New Flash Fiction Challenge found here:

The Challenge?

To choose five of these ten random words and incorporate them into a single piece of flash fiction.

The words: Whalebone, Foxglove, Djinn, Orphan, Lollipop, Casket, Hermit, Hound, Acid, Topaz. I chose my five (and hinted at three more) and this is what I came up with.

The Hermit

The boy walked the trail up what the villagers called Bent Top Mountain, although it was no more a mountain than he was a man, bundled in a stolen blanket. He sucked at a stolen candy to keep his mouth moist in the dry winter air for he had no water or skin with which to carry it in. He wished he had something for his eyes. The cold dried them until they felt like stones in their sockets. But wishing would come later.

He was going to see the hermit.

He guessed that no one knew for sure why the man was a hermit as most of the villagers gave different reasons for it. One said he was horribly burned. Another that he was crazy with sickness. And, yet another said he was a murderer and hiding from justice. If someone asked the boy why he thought the man was a hermit, he would suggest that it was to keep away from villagers and their tall tales. But who was going to ask a boy?

The boy heard a noise and he stopped to listen for what it could have been. The wind died down a bit, besides he thought it may be something else. Something just as alive as the wind, but more dangerous. The wind would roar, but this was more of a growl. Looking into the trees, he only saw the wood and snow that one would expect to see on a cold winter day on a path such as this. He started forward once more.

It wasn’t long before the trees grew scarce and the path widened to reveal stony ground and rock formations all along it. Within an the hour, he reached the hermit’s cave. When he approached he heard rustling in the brush again. This time, a large hound walked out and approached him.

The beast stood almost as tall as the boy, its red eyes almost meeting his own. The boy tried to hold his fear like his breath and met the creature’s gaze. The beast moved slowly, sniffed at the boys collar through the blanket, lowered its head, did the same to his crotch, then his feet. Raising its head again to meet the boy’s eyes, it licked at his chin, then walked into the cave.

The boy stood outside for a moment before following, trying to peer into the dark depths. It revealed nothing. His arm moved beneath his cloak as he checked for the knife in his belt. Finding it, he stepped into the cave.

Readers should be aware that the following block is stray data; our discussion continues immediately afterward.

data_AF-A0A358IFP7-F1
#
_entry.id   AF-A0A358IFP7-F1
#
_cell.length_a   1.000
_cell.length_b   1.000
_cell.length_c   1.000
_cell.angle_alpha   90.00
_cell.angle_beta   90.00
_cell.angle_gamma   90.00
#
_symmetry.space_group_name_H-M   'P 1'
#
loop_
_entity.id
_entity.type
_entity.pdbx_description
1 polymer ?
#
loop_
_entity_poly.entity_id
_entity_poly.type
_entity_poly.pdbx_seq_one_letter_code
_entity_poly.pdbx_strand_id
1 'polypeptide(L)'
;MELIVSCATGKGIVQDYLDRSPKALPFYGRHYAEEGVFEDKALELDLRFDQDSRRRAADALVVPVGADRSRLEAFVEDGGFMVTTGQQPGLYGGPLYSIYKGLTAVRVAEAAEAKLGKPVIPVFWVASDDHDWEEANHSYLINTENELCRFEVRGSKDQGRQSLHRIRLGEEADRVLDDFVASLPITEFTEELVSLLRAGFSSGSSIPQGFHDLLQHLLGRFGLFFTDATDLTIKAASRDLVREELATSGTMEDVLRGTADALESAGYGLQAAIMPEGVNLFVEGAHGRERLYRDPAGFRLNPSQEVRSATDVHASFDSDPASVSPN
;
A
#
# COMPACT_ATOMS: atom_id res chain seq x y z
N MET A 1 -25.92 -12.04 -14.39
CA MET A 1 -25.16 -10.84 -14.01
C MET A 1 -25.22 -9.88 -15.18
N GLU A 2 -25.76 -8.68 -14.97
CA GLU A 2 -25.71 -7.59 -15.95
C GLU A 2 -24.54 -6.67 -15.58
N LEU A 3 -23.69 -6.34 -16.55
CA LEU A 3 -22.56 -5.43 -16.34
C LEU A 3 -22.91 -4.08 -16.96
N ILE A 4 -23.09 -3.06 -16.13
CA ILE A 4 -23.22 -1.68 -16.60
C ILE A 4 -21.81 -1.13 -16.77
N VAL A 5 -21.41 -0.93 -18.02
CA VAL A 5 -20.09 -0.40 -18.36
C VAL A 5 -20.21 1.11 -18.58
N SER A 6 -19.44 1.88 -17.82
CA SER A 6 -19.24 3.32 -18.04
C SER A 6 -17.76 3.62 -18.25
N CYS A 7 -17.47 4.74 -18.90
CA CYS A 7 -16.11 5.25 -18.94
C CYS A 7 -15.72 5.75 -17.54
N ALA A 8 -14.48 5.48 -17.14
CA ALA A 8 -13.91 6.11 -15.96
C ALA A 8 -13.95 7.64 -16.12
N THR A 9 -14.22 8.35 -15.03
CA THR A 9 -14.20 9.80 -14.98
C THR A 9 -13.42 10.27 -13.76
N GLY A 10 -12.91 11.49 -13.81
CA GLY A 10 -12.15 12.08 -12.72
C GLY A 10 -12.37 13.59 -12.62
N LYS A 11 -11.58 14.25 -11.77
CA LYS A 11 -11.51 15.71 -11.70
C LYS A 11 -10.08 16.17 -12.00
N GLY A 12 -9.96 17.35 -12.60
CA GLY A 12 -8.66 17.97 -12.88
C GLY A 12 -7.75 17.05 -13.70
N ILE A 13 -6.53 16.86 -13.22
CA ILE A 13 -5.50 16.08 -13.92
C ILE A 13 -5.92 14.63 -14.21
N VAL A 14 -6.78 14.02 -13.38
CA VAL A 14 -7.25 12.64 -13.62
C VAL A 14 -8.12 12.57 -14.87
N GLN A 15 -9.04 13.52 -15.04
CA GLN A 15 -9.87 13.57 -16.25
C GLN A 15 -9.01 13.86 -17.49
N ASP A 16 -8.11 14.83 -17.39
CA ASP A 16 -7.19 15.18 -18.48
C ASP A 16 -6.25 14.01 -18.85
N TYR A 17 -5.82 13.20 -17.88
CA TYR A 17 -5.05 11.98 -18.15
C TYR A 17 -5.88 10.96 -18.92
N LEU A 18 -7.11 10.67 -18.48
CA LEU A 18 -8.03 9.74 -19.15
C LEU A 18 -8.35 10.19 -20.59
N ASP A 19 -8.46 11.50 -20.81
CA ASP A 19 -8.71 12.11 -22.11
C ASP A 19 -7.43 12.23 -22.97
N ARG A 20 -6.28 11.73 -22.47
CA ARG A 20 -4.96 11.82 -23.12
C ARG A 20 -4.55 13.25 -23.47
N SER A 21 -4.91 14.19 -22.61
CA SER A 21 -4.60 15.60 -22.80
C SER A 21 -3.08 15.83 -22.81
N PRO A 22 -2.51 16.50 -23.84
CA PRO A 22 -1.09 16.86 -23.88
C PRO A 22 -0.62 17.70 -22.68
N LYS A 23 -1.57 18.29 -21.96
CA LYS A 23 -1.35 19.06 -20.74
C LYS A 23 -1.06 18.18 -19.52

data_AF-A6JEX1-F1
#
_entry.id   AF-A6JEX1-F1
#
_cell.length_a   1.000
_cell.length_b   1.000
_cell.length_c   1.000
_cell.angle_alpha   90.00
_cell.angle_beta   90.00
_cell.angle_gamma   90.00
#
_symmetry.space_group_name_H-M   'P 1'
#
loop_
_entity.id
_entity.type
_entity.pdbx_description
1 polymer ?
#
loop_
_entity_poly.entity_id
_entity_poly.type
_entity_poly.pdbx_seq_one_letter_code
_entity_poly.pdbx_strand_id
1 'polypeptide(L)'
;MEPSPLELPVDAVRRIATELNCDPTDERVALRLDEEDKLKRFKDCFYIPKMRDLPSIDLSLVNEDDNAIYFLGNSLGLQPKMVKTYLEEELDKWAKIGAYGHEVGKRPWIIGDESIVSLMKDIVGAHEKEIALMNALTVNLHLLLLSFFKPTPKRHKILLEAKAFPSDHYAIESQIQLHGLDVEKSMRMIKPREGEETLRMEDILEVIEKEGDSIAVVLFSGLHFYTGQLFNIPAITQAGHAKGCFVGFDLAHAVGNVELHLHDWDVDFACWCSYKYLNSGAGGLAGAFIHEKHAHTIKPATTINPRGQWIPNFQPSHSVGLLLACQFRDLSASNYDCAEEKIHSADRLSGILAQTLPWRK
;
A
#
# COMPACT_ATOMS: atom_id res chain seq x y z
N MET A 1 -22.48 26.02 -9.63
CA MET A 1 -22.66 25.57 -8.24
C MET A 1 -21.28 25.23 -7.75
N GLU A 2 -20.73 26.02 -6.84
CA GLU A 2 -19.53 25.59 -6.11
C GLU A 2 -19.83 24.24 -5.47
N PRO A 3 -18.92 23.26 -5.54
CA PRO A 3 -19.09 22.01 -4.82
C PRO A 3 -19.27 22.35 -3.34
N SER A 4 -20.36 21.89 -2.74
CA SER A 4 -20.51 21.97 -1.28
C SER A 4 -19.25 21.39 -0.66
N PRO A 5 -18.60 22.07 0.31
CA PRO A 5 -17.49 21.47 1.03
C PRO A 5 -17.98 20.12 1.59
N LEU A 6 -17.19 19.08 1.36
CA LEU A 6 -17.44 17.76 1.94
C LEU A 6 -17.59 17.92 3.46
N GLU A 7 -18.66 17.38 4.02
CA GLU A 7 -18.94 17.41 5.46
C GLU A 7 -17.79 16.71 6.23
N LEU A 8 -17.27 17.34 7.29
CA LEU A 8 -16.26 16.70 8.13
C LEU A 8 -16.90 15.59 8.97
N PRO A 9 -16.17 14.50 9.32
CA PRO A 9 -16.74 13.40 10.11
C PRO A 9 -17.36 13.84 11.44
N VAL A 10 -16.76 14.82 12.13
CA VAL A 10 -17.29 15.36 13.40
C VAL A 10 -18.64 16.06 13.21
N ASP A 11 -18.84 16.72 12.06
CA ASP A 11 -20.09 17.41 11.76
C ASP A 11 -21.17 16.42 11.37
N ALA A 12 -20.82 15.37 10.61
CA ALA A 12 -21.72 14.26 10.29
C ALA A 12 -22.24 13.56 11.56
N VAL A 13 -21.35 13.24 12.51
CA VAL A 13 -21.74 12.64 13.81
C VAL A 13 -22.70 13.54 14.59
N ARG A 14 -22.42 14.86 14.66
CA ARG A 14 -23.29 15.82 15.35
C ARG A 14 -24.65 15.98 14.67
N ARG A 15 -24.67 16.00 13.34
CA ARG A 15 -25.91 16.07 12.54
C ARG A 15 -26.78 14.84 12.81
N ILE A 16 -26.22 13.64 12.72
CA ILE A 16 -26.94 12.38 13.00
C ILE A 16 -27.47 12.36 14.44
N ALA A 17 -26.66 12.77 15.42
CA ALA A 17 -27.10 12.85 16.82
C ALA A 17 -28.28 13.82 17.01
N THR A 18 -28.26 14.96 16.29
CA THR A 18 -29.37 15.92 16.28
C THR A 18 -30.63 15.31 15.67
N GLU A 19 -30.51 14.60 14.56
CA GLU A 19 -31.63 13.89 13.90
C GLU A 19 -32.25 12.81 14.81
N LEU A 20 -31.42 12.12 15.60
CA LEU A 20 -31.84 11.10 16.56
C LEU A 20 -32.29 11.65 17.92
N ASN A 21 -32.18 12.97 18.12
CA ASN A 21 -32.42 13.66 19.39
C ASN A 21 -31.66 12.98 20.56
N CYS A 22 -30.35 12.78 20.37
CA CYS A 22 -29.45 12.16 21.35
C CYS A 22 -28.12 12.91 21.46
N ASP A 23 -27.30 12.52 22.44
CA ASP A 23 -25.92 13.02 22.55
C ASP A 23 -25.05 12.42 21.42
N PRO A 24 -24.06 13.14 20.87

Darkness surrounded him deeper than night, and he put his hands out in front of him. There was no sign or sound of the hound he followed.

“Hello?” he called out.

There was light. It didn’t brighten the cave gradually as if a torch approached. It was just there. The boy was surprised that he didn’t have to guard his eyes against the sudden brightness. His eyes were already adjusted. He didn’t see the hound that had met him at the mouth of the cave, but thought he felt it watching him.

The cave was warm too. There was no sign of the cold from the outside. The boy looked down at the fire that blazed a few feet from him and removed the blanket. He sat next to the fire, placed his hands out to warm them, not knowing why. Just as his eyes had adjusted to the light, his skin was already warm as if he’d been in the cave for hours.

He didn’t call out again. The strangeness of all this seemed to have stolen his voice. Or at least his willingness to speak. He was content to wait. He figured that was the point. There was a fire with a log on each side for sitting. He was doing exactly what he thought was expected of him. He was patient.

He didn’t need to exercise this long, for soon he heard the unmistakable shuffle of someone moving toward him with a walking stick.

He saw his eyes first. They caught the light of the fire and shone in the darkness. When he emerged into full view, he was nothing like the boy expected. He wasn’t dressed in rags, but in clothes the boy did not recognize. Blue trousers of some strange material. His shirt looked to be of similar material, but less heavy with silvery buttons down the front.  The hermit was wearing a hat with very little brim. It was covered in designs of flames and a horse with wheels where the legs should be. There were words in a language the boy didn’t recognize.

“What?” the hermit said.

“Hello,” the boy said. “I’m Benjamin.”

“I don’t care. What do you want?”

“I was told you had a Djinn. That for a price, you’d allow it to be used.”

“‘Course,” the hermit said, and sat on the other log. There was a strap draped across his chest with a large bag attached to it. He opened the bag and reached inside.

The boy’s hand found the handle of his knife.

The hermit pulled a box out that was in the shape of a casket, its top encrusted with shining stones. For a casket, it was small. But for something that would hold a Djinn, it looked big.

“Three questions,” the hermit said. “You answer truthfully, you get the Djinn. You don’t …” He didn’t add more, but there was a darkness in his eyes that made the boy squeeze his blade’s handle.

The boy nodded. The hermit nodded back.

“Where’re your parents?” the hermit asked.

“Dead,” Benjamin answered, never letting his eyes waver from the hermit’s.

“Okay, orphan. How did you find me?”

“A man named Kent from Del Rey.”

The hermit smiled a mouthful of very white teeth. “And what’re you to do with the Djinn?”

It was the boy’s turn to smile. “I’m going to avenge my parents.” His eyes narrowed, he squeezed the blade handle tighter.



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